It used to be that human ingenuity was valued in the kitchen. Now, what matters more is chefs’ knowing the right producers and buying the right products. Culinary excellence can no longer be achieved simply by learning the right technique; it can be acquired only by knowing the right things to buy—and by, it needs hardly be said, shelling out however much money it takes to buy them. In this way, modern foodies’ materialistic definition of refinement is more exclusive than that of yesteryear’s dogmatic French cooking. What appears to be a celebration of the natural and the simple is in fact more constrictive and less attainable, because it depends not on talent but on means and access. (In this way, the evolution of culinary refinement reminds me of the concurrent evolution of women’s fashions, which used to let women hide imperfections by wearing girdles but now require women to maintain lithe frames without any artifice—an even more oppressive requirement.)

Materialism and agricultural name-dropping have not snuffed out all appreciation for skill—indeed, as Pearlman chronicles, the ascendance of ingredient worship has paralleled a polar-opposite trend, that of modernist cuisine. Born in Ferran Adria’s elBulli in Catalonia, Spain, and raised in American outposts like WD-50 in New York and Alinea in Chicago, modernism utilizes laboratory chemicals and equipment to give foods surprising appearances and textures. Modernists chefs are often hailed as avant-gardists, but the pieces Pearlman highlights in Smart Casual reveal a troublingly reactionary attitude. Deconstructed, disguised, minimized reinterpretations of Heath bars, doughnuts, cheesesteaks, and burgers simultaneously mock anyone unhip enough to prefer the original version and applaud their eater’s advanced palate and dainty appetite. On the topic of these self-congratulatory simulacra of populist favorites, Pearlman is far too forgiving. Of a modernist bite-sized dessert that is made to look exactly like a tiny McDonald’s cheeseburger, she writes:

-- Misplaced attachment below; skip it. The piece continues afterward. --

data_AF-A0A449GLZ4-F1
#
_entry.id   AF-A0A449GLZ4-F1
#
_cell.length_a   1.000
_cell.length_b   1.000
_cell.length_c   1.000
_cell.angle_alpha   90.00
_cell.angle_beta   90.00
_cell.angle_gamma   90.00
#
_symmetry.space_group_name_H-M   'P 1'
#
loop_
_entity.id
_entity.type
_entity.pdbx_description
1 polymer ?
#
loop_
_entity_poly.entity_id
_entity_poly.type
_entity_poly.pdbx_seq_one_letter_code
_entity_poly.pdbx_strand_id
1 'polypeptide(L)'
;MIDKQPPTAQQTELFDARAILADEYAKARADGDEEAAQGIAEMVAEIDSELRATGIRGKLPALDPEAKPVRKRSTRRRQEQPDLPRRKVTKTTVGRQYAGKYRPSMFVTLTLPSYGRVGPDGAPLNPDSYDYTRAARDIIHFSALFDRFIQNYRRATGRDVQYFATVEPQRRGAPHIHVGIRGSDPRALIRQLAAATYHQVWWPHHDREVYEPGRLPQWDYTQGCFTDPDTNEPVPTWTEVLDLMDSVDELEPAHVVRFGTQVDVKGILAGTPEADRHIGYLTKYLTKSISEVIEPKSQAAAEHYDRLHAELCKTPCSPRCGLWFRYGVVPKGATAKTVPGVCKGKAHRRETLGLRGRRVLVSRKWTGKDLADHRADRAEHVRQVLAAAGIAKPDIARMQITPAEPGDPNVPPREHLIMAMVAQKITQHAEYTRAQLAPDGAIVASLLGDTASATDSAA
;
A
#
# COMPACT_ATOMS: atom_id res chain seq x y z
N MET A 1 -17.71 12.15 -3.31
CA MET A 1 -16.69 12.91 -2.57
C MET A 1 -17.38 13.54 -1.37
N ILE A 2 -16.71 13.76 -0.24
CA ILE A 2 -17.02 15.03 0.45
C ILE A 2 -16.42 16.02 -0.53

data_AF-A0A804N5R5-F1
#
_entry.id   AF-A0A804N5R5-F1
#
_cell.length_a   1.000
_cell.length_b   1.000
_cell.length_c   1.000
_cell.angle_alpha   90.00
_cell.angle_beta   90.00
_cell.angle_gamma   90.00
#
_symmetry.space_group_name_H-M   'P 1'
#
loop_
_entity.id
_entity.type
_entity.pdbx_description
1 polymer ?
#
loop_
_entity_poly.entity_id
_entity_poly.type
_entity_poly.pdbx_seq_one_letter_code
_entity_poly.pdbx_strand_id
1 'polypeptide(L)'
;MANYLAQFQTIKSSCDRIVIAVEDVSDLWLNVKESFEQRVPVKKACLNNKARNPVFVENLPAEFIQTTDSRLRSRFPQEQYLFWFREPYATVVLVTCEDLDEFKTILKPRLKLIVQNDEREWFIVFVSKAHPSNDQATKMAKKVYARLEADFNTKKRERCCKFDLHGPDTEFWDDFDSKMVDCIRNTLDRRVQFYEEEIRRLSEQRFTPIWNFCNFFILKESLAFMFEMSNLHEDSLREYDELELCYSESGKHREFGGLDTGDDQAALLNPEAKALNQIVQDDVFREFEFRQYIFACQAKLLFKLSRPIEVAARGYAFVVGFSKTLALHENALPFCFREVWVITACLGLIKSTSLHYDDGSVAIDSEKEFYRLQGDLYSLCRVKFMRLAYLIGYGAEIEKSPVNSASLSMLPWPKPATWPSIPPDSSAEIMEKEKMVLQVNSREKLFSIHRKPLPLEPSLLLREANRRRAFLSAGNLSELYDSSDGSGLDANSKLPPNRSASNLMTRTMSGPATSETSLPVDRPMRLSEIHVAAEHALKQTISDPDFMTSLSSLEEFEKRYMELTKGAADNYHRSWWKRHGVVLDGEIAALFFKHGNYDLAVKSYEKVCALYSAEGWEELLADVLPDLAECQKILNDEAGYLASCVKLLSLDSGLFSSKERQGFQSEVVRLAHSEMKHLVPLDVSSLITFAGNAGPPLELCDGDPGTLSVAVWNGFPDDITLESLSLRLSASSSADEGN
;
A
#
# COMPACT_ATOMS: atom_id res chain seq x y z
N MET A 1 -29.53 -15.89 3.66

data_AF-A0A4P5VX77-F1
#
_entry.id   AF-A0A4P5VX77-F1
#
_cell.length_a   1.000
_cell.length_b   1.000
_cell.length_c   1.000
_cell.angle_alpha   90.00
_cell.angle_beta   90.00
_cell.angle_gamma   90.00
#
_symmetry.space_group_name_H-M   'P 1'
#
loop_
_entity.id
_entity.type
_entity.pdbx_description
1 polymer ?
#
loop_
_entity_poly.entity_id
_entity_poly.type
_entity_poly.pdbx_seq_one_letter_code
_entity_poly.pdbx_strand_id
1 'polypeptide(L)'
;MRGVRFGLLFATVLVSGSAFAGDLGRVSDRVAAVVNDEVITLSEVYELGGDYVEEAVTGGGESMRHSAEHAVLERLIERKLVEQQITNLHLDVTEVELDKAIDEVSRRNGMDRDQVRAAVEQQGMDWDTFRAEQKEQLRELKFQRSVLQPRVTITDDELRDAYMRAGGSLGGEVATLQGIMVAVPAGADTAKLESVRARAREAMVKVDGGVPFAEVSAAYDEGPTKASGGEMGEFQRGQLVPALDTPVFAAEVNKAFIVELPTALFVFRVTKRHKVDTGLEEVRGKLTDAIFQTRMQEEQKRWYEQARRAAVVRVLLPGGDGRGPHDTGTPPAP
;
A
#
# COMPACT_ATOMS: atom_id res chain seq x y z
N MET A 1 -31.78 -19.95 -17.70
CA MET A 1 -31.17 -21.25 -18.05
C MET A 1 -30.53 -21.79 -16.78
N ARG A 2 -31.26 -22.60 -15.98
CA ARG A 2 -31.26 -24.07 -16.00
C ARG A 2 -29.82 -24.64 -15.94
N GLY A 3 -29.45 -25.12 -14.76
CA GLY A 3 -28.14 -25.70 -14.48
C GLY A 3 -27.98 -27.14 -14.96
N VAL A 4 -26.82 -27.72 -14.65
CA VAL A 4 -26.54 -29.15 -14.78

"However good the illusion, would anyone really mistake Moto’s BURGER with cheese for the fast-food familiar? No more than one would confuse an Andy Warhol silk screen of Campbell’s soup cans with Campbell’s soup."

But it is not 1962, a petit four is not a silk screen, and McDonald’s burgers are not merely a symbol of commercialism. In 2013, fast food and junk food are heavily burdened with class connotations: They have become practically synonymous with poverty and its attendant aesthetic problem, the so-called obesity epidemic. To target them for artistic critique is to take a potshot at the proletariat. To put that “art” on plates and serve it to upper-class foodies is to flatter their sense of deserved social superiority. At best, modernist chefs’ fake fast food is a lazy, meaningless rehashing of pop art tropes; at worst, it’s an ugly manifestation of foodies’ deep-seated disdain for the poor.